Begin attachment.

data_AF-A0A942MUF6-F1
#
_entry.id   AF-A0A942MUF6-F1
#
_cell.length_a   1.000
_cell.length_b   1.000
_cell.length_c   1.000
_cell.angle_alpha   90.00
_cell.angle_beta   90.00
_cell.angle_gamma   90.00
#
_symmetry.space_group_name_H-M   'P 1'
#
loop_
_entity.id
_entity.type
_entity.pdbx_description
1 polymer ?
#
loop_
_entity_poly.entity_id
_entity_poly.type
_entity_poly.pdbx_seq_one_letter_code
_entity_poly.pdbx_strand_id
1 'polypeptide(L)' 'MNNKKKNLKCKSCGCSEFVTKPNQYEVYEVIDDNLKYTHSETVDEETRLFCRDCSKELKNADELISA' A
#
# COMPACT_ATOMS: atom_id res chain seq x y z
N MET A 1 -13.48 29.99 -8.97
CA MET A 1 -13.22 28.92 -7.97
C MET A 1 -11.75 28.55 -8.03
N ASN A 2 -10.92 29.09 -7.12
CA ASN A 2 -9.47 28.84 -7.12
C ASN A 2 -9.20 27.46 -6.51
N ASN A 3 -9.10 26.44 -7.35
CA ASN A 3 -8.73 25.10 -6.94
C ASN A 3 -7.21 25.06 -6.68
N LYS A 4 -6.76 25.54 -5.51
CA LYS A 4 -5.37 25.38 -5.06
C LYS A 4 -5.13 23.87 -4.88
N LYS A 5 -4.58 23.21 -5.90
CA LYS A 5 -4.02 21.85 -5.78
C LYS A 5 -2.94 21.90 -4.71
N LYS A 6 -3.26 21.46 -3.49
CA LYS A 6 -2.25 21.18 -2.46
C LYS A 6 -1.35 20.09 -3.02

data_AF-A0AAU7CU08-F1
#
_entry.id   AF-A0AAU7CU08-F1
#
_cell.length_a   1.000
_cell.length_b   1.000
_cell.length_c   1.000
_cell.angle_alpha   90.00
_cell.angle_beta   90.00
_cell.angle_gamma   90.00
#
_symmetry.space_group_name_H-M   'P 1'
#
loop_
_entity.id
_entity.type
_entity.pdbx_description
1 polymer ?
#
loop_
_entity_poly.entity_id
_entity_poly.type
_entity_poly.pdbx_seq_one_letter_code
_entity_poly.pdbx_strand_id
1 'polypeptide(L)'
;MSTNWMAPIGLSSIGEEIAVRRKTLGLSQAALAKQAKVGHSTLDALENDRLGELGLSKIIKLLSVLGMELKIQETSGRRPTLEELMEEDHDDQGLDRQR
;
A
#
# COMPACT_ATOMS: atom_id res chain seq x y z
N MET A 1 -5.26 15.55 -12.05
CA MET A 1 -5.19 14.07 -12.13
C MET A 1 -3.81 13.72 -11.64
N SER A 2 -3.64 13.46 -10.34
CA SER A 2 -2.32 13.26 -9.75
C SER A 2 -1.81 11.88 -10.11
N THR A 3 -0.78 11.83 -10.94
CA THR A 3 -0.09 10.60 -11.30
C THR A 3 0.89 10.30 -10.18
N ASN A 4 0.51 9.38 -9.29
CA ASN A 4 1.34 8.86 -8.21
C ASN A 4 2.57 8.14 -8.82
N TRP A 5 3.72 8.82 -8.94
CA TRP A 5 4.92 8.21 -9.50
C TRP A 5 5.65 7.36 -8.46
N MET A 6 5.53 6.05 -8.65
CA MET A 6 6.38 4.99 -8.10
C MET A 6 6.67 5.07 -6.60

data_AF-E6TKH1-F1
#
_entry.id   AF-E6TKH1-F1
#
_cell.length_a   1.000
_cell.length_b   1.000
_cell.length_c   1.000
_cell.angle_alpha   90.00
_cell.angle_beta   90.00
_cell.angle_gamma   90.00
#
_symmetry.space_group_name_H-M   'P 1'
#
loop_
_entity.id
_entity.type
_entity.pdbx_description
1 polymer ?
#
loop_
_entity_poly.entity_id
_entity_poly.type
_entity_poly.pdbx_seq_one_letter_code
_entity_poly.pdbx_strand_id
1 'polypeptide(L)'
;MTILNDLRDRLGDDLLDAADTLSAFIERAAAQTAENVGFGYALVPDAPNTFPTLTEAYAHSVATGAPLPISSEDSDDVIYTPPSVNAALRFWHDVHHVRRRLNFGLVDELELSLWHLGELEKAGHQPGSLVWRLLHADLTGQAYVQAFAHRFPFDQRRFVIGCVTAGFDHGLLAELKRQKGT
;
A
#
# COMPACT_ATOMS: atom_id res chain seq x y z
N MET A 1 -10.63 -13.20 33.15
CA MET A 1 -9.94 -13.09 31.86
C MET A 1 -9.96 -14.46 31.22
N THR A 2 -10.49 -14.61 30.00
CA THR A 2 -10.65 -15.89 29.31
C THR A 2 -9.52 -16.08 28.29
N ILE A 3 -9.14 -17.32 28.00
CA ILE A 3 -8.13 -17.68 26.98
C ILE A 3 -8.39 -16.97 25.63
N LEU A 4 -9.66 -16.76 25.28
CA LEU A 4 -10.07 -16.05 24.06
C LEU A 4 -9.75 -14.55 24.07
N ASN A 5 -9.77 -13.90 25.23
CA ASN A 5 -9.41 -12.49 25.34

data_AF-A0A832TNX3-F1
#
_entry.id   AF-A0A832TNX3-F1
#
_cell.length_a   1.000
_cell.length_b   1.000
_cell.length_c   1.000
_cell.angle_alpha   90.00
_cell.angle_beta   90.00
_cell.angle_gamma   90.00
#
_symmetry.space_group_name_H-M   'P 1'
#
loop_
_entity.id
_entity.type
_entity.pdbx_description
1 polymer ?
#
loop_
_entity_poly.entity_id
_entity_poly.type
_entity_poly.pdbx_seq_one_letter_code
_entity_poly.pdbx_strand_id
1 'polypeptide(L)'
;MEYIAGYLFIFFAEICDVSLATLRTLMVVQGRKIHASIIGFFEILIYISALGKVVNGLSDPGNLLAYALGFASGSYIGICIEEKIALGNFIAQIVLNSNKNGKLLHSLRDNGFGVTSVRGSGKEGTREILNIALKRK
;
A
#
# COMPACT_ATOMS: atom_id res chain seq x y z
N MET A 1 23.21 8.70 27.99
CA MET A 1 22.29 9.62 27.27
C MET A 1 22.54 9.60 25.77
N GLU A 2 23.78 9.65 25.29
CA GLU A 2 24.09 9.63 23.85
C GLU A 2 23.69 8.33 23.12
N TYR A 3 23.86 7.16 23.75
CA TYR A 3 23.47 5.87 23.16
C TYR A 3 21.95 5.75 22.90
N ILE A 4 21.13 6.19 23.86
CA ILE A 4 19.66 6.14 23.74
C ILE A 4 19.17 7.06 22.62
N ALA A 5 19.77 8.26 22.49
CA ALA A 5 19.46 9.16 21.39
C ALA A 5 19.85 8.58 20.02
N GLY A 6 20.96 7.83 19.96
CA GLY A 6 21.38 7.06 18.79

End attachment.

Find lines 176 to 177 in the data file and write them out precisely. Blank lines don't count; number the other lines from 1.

C TYR A 3 21.95 5.75 22.90
N ILE A 4 21.13 6.19 23.86